compared to the nontranspeptidated soluble PGN released during penicillin treatment in earlier experiments (25). Such structural differences might account for the somewhat different observations. On the other hand, oligomeric stem peptides recently described in pneumococcal PGN (27) were highly inflammatory and clearly devoid of TA or polysaccharides. Thus, the high proinflammatory power of PGN constituents does not require TA as an adjuvant for inflammation. Although these results reasonably rule out a significant inflammatory role of TA in the present experimental conditions, other studies suggested that TA might be important for inflammation (30, 36). First, Mattson et al. (30) reported that S. epidermidis TA could trigger the release of TNF, interleukin-1 (IL-1), and IL-6 by human monocytes. However, the cytokinereleasing activity of TA was 10 times lower than that of PGN, which itself had a low inflammatory activity. Second, Riesenfeld-Orn et al. (36) reported very high IL-1releasing activity by TA-rich, but not TA-free soluble fragments of purified pneumococcal walls. A priori, this finding is in contradiction with the present results. However, beyond the difference in the main cytokine tested (IL-1 in the study by Riesenfeld-Orn et al. versus TNF in the present work), the PGN cutout between the two experiments was quite different. Riesenfeld-Orn et al. solubilized the wall with a glycosidase (M1 muramidase) and isolated relatively large TA-rich fragments (ca. 20,000 kDa) (16). Such fragments were likely to contain representatives of the highly active oligomeric stem peptides recently described in pneumococci (27). Moreover, these fragments were compared to TA-free simple disaccharide-peptide monomers and dimers, which do not carry intrinsic inflammatory activity (10, 27, 42). Thus, the present study did not compare strictly similar structures containing or not containing TA. In the present experiments, TA-rich and TAfree walls were made up of the same basic PGN scaffold that was stripped or not from its decorating TA by HF acid treatment. Further different stimulatory tests were used in these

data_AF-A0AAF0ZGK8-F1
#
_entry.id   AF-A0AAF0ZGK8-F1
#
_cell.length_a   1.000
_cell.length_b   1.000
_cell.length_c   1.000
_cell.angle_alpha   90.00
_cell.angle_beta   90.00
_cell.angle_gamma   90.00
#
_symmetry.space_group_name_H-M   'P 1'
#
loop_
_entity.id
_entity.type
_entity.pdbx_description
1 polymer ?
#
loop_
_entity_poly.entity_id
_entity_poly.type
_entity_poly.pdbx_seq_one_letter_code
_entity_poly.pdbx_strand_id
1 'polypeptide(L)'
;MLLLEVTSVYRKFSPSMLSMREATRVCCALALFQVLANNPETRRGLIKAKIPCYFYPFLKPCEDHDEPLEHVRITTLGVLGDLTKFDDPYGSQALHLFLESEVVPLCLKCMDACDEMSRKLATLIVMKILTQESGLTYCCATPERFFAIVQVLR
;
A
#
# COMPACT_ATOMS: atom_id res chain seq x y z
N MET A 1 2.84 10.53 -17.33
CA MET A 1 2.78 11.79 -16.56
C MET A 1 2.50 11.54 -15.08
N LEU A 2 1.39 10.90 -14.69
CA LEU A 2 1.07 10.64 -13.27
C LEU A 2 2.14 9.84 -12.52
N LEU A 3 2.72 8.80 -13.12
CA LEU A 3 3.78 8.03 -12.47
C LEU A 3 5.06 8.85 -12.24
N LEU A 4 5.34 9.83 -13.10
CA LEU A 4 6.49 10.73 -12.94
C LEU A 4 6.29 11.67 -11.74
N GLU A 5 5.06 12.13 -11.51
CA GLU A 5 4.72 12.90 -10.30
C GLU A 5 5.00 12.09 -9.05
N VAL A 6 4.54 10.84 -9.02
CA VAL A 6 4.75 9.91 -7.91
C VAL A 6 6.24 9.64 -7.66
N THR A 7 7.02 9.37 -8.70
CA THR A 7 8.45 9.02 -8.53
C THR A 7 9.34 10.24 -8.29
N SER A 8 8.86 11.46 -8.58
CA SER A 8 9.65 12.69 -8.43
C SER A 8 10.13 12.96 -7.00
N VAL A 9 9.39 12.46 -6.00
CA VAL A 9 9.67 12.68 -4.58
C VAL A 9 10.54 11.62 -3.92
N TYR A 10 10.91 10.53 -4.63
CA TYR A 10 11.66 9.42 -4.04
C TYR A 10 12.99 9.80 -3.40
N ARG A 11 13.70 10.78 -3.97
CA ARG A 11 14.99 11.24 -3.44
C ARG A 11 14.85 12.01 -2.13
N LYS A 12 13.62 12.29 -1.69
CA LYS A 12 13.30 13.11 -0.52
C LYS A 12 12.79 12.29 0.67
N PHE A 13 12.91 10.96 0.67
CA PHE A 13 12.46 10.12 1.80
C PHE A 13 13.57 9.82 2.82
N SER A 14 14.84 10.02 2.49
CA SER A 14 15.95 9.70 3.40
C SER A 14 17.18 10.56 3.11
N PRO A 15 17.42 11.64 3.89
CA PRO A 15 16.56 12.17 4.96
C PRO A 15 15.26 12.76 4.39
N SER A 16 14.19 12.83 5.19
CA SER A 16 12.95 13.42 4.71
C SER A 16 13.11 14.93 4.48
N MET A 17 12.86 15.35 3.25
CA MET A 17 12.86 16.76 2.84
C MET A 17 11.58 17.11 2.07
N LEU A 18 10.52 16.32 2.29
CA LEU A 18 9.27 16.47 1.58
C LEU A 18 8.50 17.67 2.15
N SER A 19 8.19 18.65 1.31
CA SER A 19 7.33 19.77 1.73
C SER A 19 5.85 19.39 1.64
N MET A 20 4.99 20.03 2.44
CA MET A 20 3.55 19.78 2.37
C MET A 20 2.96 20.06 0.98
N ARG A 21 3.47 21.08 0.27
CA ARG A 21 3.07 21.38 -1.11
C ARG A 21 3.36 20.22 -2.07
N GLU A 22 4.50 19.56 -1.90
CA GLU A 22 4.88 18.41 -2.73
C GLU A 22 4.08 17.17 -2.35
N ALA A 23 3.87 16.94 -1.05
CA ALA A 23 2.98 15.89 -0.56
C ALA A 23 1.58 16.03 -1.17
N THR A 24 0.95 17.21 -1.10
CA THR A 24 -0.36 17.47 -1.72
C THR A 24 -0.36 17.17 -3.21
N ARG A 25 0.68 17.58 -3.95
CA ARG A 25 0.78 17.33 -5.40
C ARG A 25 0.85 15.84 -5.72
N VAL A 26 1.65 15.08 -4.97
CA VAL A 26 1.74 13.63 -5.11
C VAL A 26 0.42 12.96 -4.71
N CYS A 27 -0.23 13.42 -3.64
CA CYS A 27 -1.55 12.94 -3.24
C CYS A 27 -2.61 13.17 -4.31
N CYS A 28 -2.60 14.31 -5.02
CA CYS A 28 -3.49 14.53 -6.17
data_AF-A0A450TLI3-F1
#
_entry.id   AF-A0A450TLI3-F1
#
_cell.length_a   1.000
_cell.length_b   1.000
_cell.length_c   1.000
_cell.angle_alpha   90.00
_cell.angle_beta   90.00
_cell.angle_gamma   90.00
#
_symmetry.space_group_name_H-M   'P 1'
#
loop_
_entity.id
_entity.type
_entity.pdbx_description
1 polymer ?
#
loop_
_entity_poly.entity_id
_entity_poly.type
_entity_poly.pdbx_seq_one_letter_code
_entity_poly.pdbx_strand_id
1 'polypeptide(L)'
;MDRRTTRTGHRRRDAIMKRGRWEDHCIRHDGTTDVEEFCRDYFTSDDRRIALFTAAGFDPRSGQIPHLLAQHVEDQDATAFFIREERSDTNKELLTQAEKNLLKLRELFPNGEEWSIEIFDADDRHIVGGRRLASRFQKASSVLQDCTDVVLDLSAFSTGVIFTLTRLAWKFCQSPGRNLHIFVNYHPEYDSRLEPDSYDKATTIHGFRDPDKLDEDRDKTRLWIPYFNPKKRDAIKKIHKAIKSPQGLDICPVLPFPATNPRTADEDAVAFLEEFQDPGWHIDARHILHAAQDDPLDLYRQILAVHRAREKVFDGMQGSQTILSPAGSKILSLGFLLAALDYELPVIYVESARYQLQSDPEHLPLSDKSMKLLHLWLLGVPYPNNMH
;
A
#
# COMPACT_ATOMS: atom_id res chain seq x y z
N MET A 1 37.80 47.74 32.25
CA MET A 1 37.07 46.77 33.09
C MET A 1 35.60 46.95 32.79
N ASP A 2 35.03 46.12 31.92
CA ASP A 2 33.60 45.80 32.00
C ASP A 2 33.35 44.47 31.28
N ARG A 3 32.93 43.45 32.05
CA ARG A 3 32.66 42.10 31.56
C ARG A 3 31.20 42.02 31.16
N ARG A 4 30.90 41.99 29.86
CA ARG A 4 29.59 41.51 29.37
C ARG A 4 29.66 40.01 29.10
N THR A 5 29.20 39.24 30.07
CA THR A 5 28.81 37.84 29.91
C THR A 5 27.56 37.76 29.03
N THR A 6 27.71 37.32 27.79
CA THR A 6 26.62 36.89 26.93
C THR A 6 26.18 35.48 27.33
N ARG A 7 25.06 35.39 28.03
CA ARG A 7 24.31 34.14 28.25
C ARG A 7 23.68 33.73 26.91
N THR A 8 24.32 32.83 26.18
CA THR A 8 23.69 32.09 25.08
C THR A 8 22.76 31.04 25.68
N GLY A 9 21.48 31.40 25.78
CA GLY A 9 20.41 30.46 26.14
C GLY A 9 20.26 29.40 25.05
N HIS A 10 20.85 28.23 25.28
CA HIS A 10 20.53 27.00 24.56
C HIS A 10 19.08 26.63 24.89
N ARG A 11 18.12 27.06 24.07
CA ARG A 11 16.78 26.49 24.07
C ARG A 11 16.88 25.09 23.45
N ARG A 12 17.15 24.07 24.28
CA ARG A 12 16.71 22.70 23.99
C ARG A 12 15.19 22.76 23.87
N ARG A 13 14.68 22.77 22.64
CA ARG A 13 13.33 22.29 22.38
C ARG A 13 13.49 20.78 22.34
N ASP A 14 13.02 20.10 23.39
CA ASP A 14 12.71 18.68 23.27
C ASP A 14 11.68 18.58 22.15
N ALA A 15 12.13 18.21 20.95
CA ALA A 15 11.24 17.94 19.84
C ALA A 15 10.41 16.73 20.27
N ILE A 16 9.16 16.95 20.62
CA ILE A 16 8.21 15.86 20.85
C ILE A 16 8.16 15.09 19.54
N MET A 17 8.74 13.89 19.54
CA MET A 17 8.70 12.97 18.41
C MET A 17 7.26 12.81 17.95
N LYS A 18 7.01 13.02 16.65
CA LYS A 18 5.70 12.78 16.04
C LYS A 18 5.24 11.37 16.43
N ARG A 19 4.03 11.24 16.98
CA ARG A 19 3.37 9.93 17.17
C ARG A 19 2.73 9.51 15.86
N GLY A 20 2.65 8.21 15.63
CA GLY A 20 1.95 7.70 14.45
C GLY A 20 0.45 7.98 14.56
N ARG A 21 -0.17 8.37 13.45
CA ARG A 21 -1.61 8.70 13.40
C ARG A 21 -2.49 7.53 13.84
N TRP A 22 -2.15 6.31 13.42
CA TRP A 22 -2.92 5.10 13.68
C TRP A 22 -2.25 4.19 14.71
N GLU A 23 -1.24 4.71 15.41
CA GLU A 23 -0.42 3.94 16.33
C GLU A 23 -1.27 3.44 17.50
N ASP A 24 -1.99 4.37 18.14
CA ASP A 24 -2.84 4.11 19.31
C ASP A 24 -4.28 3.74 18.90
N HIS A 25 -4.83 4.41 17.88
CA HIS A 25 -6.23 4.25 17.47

studies. Riesenfeld-Orn et al. (36) used PBMCs in the absence of plasma, whereas the present study was conducted in the presence of plasma. Plasma has been shown to enhance the stimulatory activity of cell walls when exposed to PBMCs (20). Our results indicate that TA are unlikely to interfere with PGN-induced release of cytokines, at least within the limits of this experimental system. The observation is compatible both with the poor intrinsic inflammatory activity of purified TA (30) and the lack of synergism between PGN and deacylated LTA (24). On the other hand, TA are implicated in the hostparasite relationship by numerous other means. Complement and platelet-activating factor binding is one of them. Facilitating autolysis is another. In pneumococci, TA are decorated with choline residues that are critical for the activity of the major autolysin amidase (13). Amidase-induced bacterial lysis results in the release of numerous bacterial products, some of which are known as pathogenic determinants, such as pneumolysin (38), and others of which are highly inflammatory, such as PGN subcomponents and intracellular determinants (27). A possible scenario is that live bacteria keep hiding from host defenses by burying their proinflammatory components inside the intact cell. Autolysis would be dangerous to them because the release of proinflammatory molecules would encourage recognition by immunocompetent cells. This idea is compatible with the observation that pneumococci undergo phase variation in the production of TA between colonization and invasive infection (51). In invasive infection, pneumococci switch to low TA production, a phenotype that confers increased resistance to autolysis. Thus, although not directly involved in cytokine release, TA play other major roles in the host-parasite relationship, the subtlety of which is only beginning to be understood. ACKNOWLEDGMENTS P.A.M. and E.R. contributed equally to this study. This work was supported by the Fondation Leenards and grant 3200-063253.00 of the Swiss National Fund for Scientific Research. We are grateful to Alex Tomasz of the Rockefeller University for stimulating discussion, Michael Potter of the National Cancer Institute for the gift of the TEPC-15 myeloma and ascites, and Marlies Knaup for outstanding technical assistance. REFERENCES 1. Ames, B. N., and D. T. Dubin. 1960. The role of polyamines in the neutralization of bacteriophages. J. Biol. Chem. 235:769–775. 2. Avery, O. T., C. M. MacLeod, and M. McCarty. 1944. Studies on the chemical nature of the substance inducing transformation of pneumococcal types: induction of transformation by a desoxyribonucleic acid fraction isolated from pneumococcus type III. J. Exp. Med. 79:137–158. 3. Baumgartner, J. D., D. Heumann, J. Gerain, P. Weinbreck, G. E. Grau, and M. P. Glauser. 1990. Association between protective efficacy of anti-lipopolysaccharide (LPS) antibodies and suppression of LPS-induced tumor necrosis factor alpha and interleukin 6: comparison of O side chain-specific antibodies with core LPS antibodies. J. Exp. Med. 171:889–896. 4. Bhakdi, S., T. Klonisch, P. Nuber, and W. Fischer. 1991. Stimulation of monokine production by lipoteichoic acids. Infect. Immun. 59:4614–4620. 5. Bone, R. C. 1993. How gram-positive organisms cause sepsis. J. Crit. Care 8:51–59. 6. Cleveland, M. G., J. D. Gorham, T. L. Murphy, E. Tuomanen, and K. M. Murphy. 1996. Lipoteichoic acid preparations of gram-positive bacteria induce interleukin-12 through a CD14-dependent pathway. Infect. Immun. 64:1906–1912. 7. Cundell, D. R., N. P. Gerard, C. Gerard, I. Idanpaan-Heikkila, and E. I. Tuomanen. 1995. Streptococcus pneumoniae anchor to activated human cells by the receptor for platelet-activating factor. Nature 377:435–438. 8. de Jonge, B. L., Y. S. Chang, D. Gage, and A. Tomasz. 1992. Peptidoglycan